HC Deb 29 July 1898 vol 63 cc429-30
ADMIRAL FIELD (Sussex, Eastbourne)

I beg to ask the Secretary to the Admiralty whether he can state the gross amount of the annual savings in the Fleet accruing from the unissued daily rations allowed to the men and boys by the regulations; how much of such savings is paid over annually to the men's messes, and what is the value of the balance, if any, and how is the same appropriated; what is the total weight and annual value of the grease, or, as it is called, slush, obtained in the process of cooking, which is now returned to the victualling yards by order, and how is the same appropriated; whether he can also state the annual value of dead men's effects, also those of deserters, not claimed by or paid over to relatives, and how is the balance of moneys dealt with at the end of the year; and what is the aggregate amount of fines inflicted on men for leave-breaking, and how is the money applied?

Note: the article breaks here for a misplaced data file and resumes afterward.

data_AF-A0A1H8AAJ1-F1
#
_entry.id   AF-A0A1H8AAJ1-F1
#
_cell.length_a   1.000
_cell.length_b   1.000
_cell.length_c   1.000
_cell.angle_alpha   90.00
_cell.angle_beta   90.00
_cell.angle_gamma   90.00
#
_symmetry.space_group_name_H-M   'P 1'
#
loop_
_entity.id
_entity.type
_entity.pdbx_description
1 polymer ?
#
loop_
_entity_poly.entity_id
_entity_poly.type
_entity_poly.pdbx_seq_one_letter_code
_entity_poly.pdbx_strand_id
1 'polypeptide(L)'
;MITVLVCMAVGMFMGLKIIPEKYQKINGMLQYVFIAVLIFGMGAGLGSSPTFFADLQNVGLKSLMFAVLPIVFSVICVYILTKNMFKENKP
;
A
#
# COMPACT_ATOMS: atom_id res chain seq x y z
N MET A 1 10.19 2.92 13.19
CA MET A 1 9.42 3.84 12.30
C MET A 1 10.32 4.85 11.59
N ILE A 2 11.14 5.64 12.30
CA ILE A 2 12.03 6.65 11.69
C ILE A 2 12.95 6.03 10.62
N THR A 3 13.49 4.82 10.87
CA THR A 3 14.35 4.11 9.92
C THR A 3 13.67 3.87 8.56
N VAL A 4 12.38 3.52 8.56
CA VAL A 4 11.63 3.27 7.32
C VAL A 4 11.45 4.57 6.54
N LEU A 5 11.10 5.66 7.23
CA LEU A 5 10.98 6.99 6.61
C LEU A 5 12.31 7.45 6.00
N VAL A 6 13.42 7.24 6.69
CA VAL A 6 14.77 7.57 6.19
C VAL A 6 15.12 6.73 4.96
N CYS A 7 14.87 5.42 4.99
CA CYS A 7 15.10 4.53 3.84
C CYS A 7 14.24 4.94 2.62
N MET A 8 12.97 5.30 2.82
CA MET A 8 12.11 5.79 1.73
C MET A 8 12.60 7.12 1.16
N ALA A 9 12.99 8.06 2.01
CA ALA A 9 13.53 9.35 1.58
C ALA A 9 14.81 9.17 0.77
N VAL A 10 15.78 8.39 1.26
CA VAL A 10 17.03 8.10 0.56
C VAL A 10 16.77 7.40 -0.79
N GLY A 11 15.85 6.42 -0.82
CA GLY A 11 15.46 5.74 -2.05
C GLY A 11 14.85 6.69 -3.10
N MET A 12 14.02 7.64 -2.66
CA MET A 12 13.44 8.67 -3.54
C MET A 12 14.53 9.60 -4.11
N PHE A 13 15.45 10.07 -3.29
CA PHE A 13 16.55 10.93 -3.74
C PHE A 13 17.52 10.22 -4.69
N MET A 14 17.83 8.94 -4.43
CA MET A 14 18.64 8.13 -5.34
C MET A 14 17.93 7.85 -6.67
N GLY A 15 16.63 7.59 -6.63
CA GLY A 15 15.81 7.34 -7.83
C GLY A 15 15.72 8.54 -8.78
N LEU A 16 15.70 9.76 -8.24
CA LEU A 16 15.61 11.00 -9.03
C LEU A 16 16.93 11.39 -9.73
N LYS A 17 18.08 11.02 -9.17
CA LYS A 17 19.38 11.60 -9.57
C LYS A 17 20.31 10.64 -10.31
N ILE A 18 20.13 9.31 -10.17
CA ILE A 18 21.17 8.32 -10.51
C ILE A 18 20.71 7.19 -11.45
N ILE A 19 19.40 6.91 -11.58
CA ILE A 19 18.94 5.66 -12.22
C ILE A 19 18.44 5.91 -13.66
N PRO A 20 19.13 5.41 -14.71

It is impossible to state the gross amount of the unissued daily rations saved in the Fleet, because many of the articles are purchased all over the world at prices which vary considerably, and it is necessary for simplification and purposes of account to pay for the quantities not taken up at a uniform rate, which sometimes exceeds and is sometimes less than the actual cost. To arrive at the information asked for would involve prolonged investigation, and the result would not, it is considered, be of sufficient value to justify the labour necessary to obtain it. The total amount actually paid to the men for "savings," in accordance with the scale laid down in Appendix XXV. of the Queen's Regulations, during the year 1896–97 was £353,624. The average quantity of slush returned to the Home Victualling Yards during the past three years was about four and a half tons, and the average amount realised about £55 a year. This sum is appropriated as a credit to the Victualling Vote. The value of unclaimed wages and effects is retained by the Admiralty under the Revenue Act, 1889, for a period of six and a half years, and is then paid over to the capital account of Greenwich Hospital; the amounts so dealt with during the past six years average £117 per annum. The value of deserters' effects, averaging £350 per annum during the same period, is appropriated as a credit to the Wages Vote, all pay, etc., of deserters being forfeited to the Crown under the provisions of the Naval Discipline Act. The aggregate amount received during the three years 1894 to 1897 for fines, the great proportion of which are inflicted for leave-breaking, was £37,252 (an average of £12,417 a year), including pay forfeited during confinement in cells. This money is also appropriated as a credit to the Wages Vote.